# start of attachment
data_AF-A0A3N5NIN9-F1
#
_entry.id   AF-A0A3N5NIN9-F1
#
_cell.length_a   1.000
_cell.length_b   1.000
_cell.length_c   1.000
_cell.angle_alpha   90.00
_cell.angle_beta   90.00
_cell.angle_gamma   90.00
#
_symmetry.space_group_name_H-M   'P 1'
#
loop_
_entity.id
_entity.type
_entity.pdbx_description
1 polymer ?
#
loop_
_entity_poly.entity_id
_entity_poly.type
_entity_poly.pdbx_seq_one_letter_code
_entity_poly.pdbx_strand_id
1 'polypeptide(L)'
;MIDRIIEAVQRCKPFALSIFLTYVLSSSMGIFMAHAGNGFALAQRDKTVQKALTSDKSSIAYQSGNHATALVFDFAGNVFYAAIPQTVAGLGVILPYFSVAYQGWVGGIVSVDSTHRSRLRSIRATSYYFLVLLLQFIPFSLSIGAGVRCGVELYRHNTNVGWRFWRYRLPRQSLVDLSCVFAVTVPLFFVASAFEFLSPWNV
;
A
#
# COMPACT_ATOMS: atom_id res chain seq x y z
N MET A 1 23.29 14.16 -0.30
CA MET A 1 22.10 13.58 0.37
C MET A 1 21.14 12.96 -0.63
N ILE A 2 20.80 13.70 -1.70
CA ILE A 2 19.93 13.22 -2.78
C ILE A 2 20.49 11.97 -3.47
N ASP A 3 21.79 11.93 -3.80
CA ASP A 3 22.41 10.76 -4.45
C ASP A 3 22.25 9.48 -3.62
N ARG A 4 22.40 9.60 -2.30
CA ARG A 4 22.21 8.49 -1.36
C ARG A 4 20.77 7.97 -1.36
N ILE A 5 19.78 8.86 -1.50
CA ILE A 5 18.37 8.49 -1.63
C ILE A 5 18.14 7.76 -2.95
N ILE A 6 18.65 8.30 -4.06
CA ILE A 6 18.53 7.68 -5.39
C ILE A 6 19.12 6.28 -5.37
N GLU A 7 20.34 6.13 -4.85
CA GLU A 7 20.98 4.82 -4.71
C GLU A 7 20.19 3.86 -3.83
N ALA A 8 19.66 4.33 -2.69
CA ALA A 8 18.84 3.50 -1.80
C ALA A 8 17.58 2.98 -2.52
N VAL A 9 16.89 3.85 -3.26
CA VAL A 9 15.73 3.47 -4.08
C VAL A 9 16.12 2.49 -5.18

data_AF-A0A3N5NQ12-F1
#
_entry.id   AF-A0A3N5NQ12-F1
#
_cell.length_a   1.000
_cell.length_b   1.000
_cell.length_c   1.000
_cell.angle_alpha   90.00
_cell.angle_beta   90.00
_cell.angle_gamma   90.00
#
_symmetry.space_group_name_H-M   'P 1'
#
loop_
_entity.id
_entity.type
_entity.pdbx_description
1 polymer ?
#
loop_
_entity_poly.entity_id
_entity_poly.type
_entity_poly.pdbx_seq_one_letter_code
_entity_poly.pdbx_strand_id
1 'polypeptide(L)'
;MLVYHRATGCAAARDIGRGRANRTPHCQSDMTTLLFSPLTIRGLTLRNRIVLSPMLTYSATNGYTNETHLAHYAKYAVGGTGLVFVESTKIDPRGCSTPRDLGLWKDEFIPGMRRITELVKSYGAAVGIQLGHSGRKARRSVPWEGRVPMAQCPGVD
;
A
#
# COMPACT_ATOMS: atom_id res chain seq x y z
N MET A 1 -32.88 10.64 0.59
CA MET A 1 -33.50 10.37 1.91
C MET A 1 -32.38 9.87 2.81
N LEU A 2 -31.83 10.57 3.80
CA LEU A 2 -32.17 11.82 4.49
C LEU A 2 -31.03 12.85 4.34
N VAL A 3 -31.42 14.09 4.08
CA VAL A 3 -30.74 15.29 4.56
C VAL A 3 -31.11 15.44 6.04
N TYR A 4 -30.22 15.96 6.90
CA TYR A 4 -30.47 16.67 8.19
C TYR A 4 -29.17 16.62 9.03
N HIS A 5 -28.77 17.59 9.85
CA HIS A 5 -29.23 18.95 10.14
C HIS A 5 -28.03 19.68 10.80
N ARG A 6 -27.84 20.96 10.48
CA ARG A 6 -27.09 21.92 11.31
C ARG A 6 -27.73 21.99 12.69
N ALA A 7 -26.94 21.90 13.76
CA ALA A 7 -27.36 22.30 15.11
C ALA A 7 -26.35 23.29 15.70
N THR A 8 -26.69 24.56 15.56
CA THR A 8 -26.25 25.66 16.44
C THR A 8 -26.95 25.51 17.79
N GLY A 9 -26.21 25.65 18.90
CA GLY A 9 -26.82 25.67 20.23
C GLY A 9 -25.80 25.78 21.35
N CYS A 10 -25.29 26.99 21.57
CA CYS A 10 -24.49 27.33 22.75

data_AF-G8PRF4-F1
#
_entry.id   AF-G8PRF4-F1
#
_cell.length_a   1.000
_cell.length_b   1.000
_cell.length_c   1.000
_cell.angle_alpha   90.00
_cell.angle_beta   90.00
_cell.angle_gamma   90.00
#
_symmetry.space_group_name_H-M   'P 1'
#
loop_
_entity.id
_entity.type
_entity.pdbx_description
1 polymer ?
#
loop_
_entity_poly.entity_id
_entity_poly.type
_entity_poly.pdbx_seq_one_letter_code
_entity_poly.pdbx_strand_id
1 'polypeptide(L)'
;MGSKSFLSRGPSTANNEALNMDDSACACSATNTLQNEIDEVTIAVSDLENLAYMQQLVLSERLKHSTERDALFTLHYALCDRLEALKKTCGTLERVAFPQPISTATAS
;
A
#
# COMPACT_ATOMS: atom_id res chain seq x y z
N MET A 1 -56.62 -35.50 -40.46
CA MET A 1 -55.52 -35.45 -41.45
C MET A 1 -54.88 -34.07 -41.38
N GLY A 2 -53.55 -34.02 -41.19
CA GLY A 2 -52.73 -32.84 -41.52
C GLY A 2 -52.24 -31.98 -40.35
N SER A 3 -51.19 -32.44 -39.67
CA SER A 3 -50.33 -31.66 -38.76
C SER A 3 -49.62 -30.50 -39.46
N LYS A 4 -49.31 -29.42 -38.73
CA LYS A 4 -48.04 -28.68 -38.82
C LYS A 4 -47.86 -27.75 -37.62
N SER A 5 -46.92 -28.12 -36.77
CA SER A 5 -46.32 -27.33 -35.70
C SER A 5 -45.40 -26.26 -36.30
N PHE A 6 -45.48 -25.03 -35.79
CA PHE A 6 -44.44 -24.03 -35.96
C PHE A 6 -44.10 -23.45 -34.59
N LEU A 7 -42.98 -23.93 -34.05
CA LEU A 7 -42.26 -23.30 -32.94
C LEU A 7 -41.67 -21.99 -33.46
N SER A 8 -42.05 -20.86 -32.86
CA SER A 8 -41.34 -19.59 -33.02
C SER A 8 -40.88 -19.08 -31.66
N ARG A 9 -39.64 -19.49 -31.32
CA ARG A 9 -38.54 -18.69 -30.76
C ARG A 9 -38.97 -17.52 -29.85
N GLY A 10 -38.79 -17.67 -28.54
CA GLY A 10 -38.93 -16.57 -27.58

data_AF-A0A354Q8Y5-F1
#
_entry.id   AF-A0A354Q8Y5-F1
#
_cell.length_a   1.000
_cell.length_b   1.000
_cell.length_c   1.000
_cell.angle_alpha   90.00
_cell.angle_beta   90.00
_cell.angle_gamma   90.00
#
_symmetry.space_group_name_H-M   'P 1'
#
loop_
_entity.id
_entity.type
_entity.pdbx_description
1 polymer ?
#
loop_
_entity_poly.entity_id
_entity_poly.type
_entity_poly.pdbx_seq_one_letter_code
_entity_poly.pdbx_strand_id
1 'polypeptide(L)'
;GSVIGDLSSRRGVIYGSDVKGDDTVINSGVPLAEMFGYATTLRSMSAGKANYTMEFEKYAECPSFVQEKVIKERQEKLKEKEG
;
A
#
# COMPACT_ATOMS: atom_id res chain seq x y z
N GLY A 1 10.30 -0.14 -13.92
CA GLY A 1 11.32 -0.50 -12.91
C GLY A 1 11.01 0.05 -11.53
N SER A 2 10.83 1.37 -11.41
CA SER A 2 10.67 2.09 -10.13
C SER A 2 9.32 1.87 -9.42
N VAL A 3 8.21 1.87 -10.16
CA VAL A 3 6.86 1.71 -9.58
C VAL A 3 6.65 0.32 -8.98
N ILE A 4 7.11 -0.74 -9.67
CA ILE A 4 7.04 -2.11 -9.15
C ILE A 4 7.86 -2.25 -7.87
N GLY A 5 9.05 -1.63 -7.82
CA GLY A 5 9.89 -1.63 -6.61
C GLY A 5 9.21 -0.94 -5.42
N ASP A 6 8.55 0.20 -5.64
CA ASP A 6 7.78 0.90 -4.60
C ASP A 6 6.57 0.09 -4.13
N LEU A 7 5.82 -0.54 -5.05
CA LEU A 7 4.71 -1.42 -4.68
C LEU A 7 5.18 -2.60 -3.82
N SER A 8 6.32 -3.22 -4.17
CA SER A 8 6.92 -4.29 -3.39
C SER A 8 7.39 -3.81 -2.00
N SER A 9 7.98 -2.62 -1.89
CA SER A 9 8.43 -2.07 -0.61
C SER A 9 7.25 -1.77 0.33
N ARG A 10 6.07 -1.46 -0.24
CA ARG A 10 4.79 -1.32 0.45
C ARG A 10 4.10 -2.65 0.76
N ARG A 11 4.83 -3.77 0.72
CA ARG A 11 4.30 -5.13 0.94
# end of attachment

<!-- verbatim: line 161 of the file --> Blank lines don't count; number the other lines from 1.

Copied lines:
C SER A 5 -45.40 -26.26 -36.30